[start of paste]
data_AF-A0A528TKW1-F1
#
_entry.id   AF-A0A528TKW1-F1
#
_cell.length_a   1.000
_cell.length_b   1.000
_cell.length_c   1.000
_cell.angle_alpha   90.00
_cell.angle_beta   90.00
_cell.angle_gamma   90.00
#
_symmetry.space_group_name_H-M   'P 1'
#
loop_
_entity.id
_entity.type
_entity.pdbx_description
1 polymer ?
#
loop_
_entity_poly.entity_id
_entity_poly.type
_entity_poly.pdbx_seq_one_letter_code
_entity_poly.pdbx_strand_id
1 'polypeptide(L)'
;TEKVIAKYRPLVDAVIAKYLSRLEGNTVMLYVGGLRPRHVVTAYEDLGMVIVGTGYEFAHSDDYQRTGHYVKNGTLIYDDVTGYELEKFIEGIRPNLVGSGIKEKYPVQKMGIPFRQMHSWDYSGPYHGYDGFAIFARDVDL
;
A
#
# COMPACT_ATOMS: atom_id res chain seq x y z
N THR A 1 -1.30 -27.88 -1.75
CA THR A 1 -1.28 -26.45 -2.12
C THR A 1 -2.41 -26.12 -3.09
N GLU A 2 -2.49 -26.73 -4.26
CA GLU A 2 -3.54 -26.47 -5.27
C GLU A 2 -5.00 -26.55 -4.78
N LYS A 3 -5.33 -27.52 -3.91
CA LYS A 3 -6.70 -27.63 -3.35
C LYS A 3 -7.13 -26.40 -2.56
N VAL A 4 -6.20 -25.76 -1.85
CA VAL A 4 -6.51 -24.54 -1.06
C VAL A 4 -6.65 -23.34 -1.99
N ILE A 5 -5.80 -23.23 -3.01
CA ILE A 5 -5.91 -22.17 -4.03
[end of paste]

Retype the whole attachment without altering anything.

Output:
data_AF-A0A528TKW1-F1
#
_entry.id   AF-A0A528TKW1-F1
#
_cell.length_a   1.000
_cell.length_b   1.000
_cell.length_c   1.000
_cell.angle_alpha   90.00
_cell.angle_beta   90.00
_cell.angle_gamma   90.00
#
_symmetry.space_group_name_H-M   'P 1'
#
loop_
_entity.id
_entity.type
_entity.pdbx_description
1 polymer ?
#
loop_
_entity_poly.entity_id
_entity_poly.type
_entity_poly.pdbx_seq_one_letter_code
_entity_poly.pdbx_strand_id
1 'polypeptide(L)'
;TEKVIAKYRPLVDAVIAKYLSRLEGNTVMLYVGGLRPRHVVTAYEDLGMVIVGTGYEFAHSDDYQRTGHYVKNGTLIYDDVTGYELEKFIEGIRPNLVGSGIKEKYPVQKMGIPFRQMHSWDYSGPYHGYDGFAIFARDVDL
;
A
#
# COMPACT_ATOMS: atom_id res chain seq x y z
N THR A 1 -1.30 -27.88 -1.75
CA THR A 1 -1.28 -26.45 -2.12
C THR A 1 -2.41 -26.12 -3.09
N GLU A 2 -2.49 -26.73 -4.26
CA GLU A 2 -3.54 -26.47 -5.27
C GLU A 2 -5.00 -26.55 -4.78
N LYS A 3 -5.33 -27.52 -3.91
CA LYS A 3 -6.70 -27.63 -3.35
C LYS A 3 -7.13 -26.40 -2.56
N VAL A 4 -6.20 -25.76 -1.85
CA VAL A 4 -6.51 -24.54 -1.06
C VAL A 4 -6.65 -23.34 -1.99
N ILE A 5 -5.80 -23.23 -3.01
CA ILE A 5 -5.91 -22.17 -4.03